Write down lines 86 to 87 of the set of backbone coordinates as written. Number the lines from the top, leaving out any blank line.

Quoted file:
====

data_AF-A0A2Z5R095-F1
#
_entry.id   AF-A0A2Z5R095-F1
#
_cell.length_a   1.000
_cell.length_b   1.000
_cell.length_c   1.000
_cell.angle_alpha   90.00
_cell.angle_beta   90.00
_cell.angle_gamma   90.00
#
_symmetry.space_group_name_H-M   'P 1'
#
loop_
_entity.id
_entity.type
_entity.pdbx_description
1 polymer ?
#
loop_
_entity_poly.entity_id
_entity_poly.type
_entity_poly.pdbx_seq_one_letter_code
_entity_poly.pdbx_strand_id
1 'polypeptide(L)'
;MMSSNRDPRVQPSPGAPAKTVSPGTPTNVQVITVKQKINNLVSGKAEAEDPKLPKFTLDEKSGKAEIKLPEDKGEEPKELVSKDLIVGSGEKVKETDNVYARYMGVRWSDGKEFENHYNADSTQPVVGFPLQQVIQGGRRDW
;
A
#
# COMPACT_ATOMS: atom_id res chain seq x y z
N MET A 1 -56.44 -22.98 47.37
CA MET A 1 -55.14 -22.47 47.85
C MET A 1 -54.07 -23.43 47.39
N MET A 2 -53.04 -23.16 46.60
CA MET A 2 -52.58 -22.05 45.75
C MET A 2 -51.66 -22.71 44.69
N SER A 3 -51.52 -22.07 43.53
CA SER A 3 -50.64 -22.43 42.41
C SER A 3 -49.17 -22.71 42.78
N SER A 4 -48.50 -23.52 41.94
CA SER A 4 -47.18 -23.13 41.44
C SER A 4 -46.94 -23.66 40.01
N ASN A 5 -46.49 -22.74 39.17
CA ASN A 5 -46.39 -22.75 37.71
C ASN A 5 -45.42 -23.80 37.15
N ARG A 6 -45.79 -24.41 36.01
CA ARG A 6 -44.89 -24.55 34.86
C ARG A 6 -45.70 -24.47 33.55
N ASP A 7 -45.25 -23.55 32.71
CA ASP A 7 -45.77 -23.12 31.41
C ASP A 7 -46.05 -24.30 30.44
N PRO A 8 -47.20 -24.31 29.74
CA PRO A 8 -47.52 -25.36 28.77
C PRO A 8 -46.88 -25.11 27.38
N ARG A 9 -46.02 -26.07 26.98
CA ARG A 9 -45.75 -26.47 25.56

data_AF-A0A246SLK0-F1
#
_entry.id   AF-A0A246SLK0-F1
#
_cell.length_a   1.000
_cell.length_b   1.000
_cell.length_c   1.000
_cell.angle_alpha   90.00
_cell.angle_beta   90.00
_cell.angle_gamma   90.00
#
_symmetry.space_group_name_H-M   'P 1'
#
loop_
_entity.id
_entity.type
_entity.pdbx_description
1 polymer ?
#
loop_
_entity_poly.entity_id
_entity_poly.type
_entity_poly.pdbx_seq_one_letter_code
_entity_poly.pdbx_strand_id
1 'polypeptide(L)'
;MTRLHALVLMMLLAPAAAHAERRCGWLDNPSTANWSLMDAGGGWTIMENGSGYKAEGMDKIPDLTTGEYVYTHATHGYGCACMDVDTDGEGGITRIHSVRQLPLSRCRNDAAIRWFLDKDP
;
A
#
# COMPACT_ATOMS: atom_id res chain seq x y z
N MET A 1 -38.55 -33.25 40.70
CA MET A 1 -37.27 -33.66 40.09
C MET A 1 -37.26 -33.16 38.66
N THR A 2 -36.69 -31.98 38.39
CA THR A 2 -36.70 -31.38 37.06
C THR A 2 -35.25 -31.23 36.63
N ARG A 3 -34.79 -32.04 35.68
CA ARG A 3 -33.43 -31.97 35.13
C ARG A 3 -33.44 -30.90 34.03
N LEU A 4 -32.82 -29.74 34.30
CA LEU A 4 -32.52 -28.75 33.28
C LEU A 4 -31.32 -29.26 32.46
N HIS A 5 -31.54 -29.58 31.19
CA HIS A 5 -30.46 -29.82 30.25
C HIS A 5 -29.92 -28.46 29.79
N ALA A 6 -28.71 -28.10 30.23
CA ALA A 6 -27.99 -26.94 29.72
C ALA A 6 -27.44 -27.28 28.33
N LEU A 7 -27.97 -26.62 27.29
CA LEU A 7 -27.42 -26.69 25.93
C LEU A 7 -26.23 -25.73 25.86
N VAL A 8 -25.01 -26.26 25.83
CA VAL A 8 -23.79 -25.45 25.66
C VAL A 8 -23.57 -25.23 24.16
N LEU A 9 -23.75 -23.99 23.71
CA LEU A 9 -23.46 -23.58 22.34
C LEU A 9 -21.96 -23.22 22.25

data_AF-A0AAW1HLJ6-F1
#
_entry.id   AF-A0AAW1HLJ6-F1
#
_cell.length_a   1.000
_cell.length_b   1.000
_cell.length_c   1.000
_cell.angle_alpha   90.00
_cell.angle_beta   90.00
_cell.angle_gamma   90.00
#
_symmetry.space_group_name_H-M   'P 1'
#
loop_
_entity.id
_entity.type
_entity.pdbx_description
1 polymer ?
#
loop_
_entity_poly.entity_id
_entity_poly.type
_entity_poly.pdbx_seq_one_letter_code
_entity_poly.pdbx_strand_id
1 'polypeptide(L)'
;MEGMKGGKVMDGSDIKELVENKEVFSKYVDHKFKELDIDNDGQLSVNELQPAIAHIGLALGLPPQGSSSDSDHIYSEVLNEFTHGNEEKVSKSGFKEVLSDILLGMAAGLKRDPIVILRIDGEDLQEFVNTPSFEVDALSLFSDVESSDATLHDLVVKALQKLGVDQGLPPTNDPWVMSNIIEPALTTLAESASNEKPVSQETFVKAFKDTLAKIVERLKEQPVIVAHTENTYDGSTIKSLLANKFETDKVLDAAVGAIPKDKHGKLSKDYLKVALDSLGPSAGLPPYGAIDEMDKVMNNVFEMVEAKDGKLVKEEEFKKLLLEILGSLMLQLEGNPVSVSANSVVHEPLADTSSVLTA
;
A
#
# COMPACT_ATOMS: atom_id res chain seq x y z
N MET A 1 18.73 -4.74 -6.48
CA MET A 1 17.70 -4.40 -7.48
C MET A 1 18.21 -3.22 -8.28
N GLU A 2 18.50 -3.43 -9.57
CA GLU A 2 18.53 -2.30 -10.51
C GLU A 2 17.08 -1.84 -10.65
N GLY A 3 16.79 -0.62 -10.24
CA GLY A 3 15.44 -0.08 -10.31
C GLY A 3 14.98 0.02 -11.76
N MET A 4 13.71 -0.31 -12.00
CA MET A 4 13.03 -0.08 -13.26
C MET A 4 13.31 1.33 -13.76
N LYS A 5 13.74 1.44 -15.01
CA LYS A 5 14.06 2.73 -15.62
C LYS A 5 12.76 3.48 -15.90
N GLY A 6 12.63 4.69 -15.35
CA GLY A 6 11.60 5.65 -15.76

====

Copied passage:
# COMPACT_ATOMS: atom_id res chain seq x y z
N MET A 1 -38.55 -33.25 40.70